Did Trade Liberalization Help Women? The Case of Mexico in the 1990s
With the signing of the North American Free Trade Agreement (NAFTA) in 1994, Mexico entered a bilateral free trade agreement which not only lowered its own tariffs on imports but also lowered tariffs on its exports to the U.S. We find that women's relative wage increased, particularly during the period of liberalization. Both between and within-industry shifts also favored female workers. With regards to between-industry shifts, tariff reductions expanded sectors which were initially female intensive. With regards to within-industry shifts, we find a positive association between reductions in export tariffs (U.S. tariffs on Mexican goods) and hiring of women in skilled blue-collar occupations. Finally, we find suggestive evidence that household bargaining power shifted in favor of women. Expenditures shifted from goods associated with male preference, such as men's clothing and tobacco and alcohol, to those associated with female preference such as women's clothing and education.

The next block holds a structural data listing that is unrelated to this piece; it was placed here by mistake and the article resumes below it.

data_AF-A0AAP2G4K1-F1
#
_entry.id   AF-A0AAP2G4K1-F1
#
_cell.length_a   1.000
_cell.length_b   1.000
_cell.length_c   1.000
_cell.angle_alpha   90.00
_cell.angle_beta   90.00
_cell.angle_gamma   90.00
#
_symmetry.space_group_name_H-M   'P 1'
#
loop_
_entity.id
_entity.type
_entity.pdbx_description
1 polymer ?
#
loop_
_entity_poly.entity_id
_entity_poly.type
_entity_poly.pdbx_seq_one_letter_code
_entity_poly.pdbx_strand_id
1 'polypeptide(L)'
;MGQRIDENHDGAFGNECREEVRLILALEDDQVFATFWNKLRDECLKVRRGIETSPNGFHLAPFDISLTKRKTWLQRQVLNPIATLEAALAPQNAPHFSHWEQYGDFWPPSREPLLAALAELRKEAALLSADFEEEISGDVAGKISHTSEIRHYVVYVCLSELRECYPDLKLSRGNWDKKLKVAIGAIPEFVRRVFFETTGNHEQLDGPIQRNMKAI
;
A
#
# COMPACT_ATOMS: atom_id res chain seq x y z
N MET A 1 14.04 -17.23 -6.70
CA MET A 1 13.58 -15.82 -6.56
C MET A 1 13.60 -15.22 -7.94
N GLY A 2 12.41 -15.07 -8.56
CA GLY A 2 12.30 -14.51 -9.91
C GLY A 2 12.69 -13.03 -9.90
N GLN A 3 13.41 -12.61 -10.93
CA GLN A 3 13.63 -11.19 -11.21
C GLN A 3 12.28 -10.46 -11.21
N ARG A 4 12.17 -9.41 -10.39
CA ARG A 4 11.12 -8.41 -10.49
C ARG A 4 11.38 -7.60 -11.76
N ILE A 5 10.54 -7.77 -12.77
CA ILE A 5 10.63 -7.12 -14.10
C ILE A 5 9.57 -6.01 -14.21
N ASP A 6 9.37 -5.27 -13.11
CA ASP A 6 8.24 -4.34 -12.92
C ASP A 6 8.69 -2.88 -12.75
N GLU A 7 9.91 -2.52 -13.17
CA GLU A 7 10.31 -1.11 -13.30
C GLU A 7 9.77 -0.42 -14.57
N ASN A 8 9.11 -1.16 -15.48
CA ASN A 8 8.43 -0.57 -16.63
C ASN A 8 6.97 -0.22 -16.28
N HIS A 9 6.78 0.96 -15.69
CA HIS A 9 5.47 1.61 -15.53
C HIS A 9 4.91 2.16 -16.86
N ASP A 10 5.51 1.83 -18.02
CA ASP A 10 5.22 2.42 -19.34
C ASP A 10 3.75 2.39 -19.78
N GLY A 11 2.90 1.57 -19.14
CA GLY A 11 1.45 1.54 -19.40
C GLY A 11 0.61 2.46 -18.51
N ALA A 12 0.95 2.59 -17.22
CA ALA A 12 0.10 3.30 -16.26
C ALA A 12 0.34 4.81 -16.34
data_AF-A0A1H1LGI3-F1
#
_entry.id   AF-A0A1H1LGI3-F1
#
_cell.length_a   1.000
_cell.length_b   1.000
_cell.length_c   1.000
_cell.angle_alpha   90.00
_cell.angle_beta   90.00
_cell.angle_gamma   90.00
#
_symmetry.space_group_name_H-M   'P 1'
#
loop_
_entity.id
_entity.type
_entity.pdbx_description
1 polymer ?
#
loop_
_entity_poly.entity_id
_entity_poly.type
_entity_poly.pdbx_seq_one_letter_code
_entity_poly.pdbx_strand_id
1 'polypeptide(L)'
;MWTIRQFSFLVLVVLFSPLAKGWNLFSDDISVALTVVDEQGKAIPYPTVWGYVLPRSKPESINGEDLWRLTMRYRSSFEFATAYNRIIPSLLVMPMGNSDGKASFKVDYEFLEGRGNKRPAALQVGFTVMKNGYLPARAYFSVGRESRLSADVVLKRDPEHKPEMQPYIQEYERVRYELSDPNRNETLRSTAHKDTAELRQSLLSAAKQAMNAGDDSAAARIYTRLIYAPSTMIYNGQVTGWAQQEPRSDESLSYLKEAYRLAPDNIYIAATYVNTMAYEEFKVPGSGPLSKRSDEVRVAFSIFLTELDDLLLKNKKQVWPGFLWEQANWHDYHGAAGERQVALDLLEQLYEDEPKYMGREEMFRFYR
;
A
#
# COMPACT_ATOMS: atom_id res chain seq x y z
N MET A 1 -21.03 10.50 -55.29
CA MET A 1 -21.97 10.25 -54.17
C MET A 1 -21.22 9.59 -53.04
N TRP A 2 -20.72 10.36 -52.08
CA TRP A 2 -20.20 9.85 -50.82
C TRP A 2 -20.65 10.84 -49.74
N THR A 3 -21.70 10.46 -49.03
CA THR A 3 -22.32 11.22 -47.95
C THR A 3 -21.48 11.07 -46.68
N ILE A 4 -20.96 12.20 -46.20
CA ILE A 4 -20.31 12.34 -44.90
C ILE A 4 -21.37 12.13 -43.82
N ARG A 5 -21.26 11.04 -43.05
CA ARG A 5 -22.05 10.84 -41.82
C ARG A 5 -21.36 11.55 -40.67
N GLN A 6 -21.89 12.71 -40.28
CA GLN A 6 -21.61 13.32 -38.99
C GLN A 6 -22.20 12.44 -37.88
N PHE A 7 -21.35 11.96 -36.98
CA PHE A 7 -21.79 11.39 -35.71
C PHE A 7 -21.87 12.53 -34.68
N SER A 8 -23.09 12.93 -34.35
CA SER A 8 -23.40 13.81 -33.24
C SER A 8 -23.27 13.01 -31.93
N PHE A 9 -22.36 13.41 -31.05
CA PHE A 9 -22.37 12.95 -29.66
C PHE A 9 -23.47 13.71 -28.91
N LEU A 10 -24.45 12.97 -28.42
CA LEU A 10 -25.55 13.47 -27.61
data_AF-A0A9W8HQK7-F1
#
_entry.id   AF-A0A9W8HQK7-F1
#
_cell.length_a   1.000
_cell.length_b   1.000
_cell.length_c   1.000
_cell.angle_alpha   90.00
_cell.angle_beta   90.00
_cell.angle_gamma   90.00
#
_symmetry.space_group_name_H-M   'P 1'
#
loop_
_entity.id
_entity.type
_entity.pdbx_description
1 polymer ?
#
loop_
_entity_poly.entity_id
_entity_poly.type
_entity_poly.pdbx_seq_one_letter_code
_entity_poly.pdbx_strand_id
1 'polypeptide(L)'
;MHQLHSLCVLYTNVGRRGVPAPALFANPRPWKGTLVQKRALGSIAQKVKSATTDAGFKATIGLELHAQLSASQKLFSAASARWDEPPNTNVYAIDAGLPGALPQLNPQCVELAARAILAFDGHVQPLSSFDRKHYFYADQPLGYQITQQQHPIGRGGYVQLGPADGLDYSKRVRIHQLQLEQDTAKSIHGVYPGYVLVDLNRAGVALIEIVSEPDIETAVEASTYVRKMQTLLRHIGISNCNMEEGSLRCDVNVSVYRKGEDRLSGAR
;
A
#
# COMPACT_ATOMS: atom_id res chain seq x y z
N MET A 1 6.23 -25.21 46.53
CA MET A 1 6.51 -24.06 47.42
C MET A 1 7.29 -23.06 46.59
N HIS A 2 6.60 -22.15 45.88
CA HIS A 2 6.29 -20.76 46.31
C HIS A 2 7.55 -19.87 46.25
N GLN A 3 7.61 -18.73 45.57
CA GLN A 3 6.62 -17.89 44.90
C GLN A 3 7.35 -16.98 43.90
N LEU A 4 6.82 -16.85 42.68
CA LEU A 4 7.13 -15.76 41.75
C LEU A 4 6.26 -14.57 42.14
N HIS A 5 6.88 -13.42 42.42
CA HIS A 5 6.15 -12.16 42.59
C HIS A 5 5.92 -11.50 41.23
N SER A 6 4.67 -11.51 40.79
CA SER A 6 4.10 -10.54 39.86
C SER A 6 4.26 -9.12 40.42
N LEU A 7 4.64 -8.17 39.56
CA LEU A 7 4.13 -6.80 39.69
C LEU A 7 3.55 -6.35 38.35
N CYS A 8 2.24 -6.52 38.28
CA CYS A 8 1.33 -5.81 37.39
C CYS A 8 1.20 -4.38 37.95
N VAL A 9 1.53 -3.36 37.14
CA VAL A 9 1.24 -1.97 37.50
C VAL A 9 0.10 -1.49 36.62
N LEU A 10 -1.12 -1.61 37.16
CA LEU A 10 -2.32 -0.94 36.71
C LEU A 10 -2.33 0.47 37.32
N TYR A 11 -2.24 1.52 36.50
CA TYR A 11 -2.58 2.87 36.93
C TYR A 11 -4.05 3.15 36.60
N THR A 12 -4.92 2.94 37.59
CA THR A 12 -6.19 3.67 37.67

This paper was revised on July 20, 2012
Document Object Identifier (DOI): 10.3386/w16195
“Did Trade Liberalization Help Women? The Case of Mexico in the 1990s,” (with Jim Airola, Ernesto Aguayo, and Carolina Villegas-Sanchez), Research in Labor Economics, forthcoming.
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